Police were unable to identify the owner of the metal ball despite a door-to-door investigation of the apartment building’s 121 households. Without recompense for the criminal matter, the child’s family took their case to court. Families in the building were ordered to pay a “gift” to the family as compensation. Falling objects from apartment buildings is a persistent problem in China.
8 Death by Cue Ball
In 1989, a 23-year-old painter was dubbed “Death Wish” because of his continuously reckless behavior. He’d smash tumblers on his face, slash his wrists with sharp objects, and swallow things like keys and glass. Local police described the man as “of good health physically but of low intellect.”
One of his favorite tricks involved swallowing and then regurgitating a pool ball. His friends had seen the stunt numerous times and paid little attention when Death Wish attempted it again after a night of heavy drinking. But this time, something went wrong.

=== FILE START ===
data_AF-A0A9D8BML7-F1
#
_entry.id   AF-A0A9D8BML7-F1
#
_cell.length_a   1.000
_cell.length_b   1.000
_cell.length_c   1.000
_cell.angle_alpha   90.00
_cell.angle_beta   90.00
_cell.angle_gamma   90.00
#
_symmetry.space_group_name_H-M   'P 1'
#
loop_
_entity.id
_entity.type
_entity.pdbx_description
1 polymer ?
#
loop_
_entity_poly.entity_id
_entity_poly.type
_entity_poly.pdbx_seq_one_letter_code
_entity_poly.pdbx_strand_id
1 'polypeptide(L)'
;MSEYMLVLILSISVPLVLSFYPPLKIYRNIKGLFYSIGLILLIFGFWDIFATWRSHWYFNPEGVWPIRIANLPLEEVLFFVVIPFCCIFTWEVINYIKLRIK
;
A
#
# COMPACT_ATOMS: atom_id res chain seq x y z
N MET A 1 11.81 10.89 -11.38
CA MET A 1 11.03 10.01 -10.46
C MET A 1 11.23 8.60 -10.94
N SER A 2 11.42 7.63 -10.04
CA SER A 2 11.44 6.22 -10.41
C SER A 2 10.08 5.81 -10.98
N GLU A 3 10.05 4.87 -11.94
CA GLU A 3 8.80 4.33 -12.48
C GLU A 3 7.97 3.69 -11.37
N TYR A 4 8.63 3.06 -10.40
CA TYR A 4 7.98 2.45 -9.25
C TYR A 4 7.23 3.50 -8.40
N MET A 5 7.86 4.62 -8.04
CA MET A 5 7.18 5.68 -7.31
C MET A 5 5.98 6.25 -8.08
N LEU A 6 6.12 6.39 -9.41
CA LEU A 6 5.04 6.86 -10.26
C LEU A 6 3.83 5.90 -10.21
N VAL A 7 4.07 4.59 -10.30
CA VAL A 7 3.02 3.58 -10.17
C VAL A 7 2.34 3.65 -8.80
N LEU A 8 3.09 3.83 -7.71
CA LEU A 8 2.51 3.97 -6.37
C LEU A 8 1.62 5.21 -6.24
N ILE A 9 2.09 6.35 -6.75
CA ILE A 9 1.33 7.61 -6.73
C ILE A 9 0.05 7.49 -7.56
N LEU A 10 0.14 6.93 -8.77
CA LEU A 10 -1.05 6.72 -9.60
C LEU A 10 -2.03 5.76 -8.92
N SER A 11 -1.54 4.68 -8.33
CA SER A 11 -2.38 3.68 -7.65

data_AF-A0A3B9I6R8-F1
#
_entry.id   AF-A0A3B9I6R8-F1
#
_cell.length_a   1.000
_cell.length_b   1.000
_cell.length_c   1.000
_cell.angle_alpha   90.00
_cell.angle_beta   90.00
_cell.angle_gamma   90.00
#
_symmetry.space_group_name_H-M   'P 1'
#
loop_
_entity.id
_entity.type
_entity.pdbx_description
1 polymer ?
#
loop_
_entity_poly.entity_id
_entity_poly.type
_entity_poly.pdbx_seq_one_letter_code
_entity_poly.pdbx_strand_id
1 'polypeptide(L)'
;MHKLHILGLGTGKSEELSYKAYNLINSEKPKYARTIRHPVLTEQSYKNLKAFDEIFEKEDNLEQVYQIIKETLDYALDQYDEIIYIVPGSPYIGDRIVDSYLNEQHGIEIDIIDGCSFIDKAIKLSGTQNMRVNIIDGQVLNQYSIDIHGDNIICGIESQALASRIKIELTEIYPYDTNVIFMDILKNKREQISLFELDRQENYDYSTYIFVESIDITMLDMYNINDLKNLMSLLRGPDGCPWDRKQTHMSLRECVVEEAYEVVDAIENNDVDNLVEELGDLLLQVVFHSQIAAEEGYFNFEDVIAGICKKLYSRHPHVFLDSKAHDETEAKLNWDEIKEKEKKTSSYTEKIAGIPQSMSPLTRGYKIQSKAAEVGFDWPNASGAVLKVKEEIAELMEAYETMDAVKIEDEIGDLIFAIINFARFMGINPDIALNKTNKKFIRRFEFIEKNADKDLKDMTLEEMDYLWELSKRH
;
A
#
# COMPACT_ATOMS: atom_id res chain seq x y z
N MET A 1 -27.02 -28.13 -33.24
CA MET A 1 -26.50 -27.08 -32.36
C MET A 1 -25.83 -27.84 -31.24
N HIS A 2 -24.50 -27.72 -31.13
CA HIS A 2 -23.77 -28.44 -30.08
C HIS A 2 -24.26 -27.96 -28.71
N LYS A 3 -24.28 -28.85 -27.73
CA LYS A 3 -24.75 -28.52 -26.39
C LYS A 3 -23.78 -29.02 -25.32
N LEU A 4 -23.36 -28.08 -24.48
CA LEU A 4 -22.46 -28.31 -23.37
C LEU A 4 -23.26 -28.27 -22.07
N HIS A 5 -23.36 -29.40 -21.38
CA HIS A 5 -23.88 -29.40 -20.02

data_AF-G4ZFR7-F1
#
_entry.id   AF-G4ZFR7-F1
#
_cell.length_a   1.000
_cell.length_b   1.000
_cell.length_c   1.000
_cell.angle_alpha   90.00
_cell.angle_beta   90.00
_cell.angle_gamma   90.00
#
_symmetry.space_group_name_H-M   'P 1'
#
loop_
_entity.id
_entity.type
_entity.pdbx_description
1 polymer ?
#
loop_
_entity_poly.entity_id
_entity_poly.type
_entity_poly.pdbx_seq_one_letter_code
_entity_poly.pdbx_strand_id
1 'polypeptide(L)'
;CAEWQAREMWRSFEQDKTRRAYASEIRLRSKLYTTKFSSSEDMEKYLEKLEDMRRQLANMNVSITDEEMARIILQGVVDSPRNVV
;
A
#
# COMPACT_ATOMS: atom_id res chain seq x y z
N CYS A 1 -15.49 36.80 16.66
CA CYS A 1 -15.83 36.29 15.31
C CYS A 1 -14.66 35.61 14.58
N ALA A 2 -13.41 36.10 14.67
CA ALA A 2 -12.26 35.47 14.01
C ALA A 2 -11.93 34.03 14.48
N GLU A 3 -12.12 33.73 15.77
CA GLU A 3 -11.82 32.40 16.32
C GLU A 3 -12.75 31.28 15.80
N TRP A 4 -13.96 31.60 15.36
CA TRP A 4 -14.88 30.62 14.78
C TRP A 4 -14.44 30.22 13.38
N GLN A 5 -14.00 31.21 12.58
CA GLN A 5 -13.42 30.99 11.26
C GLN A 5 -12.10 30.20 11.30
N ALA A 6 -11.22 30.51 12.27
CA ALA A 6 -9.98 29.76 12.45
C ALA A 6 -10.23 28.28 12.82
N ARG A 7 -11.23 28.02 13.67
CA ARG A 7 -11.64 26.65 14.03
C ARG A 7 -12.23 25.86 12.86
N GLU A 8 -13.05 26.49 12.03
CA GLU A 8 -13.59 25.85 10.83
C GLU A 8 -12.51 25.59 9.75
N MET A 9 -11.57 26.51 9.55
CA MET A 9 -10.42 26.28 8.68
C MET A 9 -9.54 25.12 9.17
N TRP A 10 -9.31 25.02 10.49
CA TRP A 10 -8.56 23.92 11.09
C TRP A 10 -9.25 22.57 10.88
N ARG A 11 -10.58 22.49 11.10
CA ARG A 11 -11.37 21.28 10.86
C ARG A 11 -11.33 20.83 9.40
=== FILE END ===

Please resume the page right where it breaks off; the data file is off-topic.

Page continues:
Death Wish ran out of the pub, collapsed in the street, and turned blue. His friends were able to get their hands on the ball but could not extricate it. An ambulance team arrived and attempted to insert an airway tube, but it was too late. The pool ball obstructed the throat and prevented intubation. Fifteen minutes after swallowing the pool ball, the young man was dead.
Postmortem dissection revealed a white cue ball lodged firmly in the man’s throat. The cause of death was “suffocation secondary to an impacted foreign body in the throat.”
Every other time Death Wish performed this trick, he swallowed one of the colored pool balls, which measured 5.03 cm (2 inches) in diameter. Unfortunately, on that fateful night, the trickster swallowed the white cue ball, which at 4.75 cm (1.87 inches) is only slightly smaller in diameter but exponentially smaller in volume: the perfect size to lodge in the man’s pharynx.
7 Death by Bowling Ball
More than 30 police officers combed the Fort Worth, Texas, area searching for Sida Osman. The 5-year-old boy had been playing in front of his apartment building when he disappeared. His badly beaten body was discovered in a vacant lot the next day.